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Visiting Athens is all about visiting family, though we did try to mix in a little sightseeing.



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It was a glorious Sunday when we headed out for Athens and the Acropolis on the train with Apostolos and his eldest sons Panayioti and Nicko.  Arriving at the train station is like entering a museum.  When they excavated to build the station, they dug through 12 - 15 layers of civilization.  In addition to leaving some of the excavations exposed, they placed all of their finds in the station itself, so it more nearly resembles a museum than the kind of station you might find in Chicago.  (See the ticket machines below?)

ZE2G6836.jpg ZE2G6838.jpg IMG_8569.jpg  (This is a different train station, with the same museum feel.)

We started at the Acropolis Museum, which hasn't officially opened yet.  They are open for two hours on Sundays, though there isn't much to see yet.  As with the station, when they began construction they ran into lots of archeologically significant finds.  They have constructed the museum atop a working excavation, with glass floors over much of it so you can look down on the work.  What they have currently displayed is mostly from this most recent dig.  However, the father of one of Nicko's friends is responsible for the movement of the great sculptures from atop the Acropolis into the new museum.  He offered to give us a tour.  Wow!  When you come out on the top floor you have a shining bright view of the Acropolis and what remains of the Pantheon.  The top floor of the new museum has the exact footprint and orientation of the Pantheon, with columns in the proper places.  They are in the process of mounting the marble friezes on the walls in the appropriate places, at least the ones they have.  The ones that are in museums around the world has been copied and mounted as well, though in a different shade.  When this museum opens it will be gorgeous!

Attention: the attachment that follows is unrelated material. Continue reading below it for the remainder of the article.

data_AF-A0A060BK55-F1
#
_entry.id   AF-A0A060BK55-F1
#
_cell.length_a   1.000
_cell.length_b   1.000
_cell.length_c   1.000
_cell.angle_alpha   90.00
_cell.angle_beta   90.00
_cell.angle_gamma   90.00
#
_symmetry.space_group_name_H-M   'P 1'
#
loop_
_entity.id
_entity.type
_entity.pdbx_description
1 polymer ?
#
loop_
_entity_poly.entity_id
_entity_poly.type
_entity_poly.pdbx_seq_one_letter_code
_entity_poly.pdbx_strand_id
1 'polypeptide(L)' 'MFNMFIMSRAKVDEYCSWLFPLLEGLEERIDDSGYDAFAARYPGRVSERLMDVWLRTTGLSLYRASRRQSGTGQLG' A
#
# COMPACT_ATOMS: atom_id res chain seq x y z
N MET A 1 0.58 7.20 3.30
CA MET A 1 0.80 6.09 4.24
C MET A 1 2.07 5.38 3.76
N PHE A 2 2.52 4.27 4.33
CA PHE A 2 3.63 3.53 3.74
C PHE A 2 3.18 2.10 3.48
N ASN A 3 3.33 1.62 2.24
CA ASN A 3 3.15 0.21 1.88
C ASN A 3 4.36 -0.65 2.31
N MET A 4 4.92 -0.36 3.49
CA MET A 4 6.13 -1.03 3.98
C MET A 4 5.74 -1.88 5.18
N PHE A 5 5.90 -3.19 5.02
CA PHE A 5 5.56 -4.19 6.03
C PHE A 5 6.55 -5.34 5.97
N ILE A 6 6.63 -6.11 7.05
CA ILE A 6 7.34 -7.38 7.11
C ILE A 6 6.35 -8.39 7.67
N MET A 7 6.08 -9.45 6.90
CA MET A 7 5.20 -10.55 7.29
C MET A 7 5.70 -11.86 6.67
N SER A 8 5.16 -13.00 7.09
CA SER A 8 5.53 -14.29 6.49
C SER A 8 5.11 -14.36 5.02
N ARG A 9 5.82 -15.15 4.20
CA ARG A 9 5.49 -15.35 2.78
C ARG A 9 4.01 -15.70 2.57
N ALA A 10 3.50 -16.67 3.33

ZE2G6862.jpg ZE2G6844.jpg  You can see Anika was very impressed!


Then we climbed up to the top of the Acropolis. 

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Here we are atop the Acropolis with Apostolo and his oldest sons, Panayioti and Nicko.



Christmas in Glyfada


At our house on Christmas Eve:

ZE2G6985.jpg IMG_8365.jpg What we found in our stockings. 

At Zoe and Apostolo's house on Christmas day:

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Sonia and her cousins Zoe (with Marios), Theoni, Anna and Lela.    Yiayia and her sister Efthymia.

ZE2G7034.jpg Yannis and Anika goofing around.


Hanging out with the Cousins



















New Year's - 2008

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Apostolo does the honors and Effie finds the coin.  2008 will be a good year for her! 


IMG_8544.jpg Look, we have our own pita - this time the house won. 


At Cousin Anna's House

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Conquering the Mountain Out Back

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Behind our apartment in Glyfada there was a big hill, that separated us from Athens and from the airport.  We thought it would be fun to have a look what was on the other side.  We packed a picnic and set out.  First revelation - there is no path!  If you want to go to the top - make your own way!  Second revelation - it is cold up there, with the wind howling in your ears, especially in the shade.  Anika and Newenka decided that the outlook from halfway up the hill was good enough for them and after the picnic they headed down.  Yannis and Tasha were determined to conquer the hill.  And conquer they did!  (Though Yannis was very sore the next day!)

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ZE2G7453ca.jpg ZE2G7444.jpgZE2G7496.jpg The view from the top was magnificent! 




Crossing over the canal at Corinth is an impressive thing! 

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Kato Samiko


ZE2G7112.jpg ZE2G7120.jpg Lunch with Uncle Nick

ZE2G7298.jpg Tasha trumpets in the Arvanitis orange grove.ZE2G7327.jpg Anika and Uncle Nick.


A hike up the ancient (local) acropolis from the village is a good way to work off the big lunch. 

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ZE2G7141.jpg ZE2G7164.jpg A view of the village from atop the Ancient Acropolis.

ZE2G7196.jpg ZE2G7190.jpg A view of the burned area near Kaiafa

ZE2G7105.jpg ZE2G7096.jpg ZE2G7108.jpg on the beach in Kaiafa



Delphi - the Famous Oracle

ZE2G7336.jpg IMG_8492.jpg First a drive across the new Rio-Antirio bridge at Patra.

We drove the long way back to Athens from Olympia, in order to stop off in Delphi.  We had lunch in the quaint town of Atea and then drove up the hill to Delphi, arriving 15 minutes after they closed at 3 p.m.  Bummer.  This meant we missed the museum and the temple to Apollo.  Lucky for us, the temple to Athena just down the hill was still open. 

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Sunio - Poseidon's Temple


This is the site of a temple to Poseidon.  The location is ideal - it sits out on a peninsula far out into the Aegean. 


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The Arvanitis Names Day Party







Lunch in Papagou

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 From Greece we flew to Amman, Jordan.


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Last modified: 06/13/08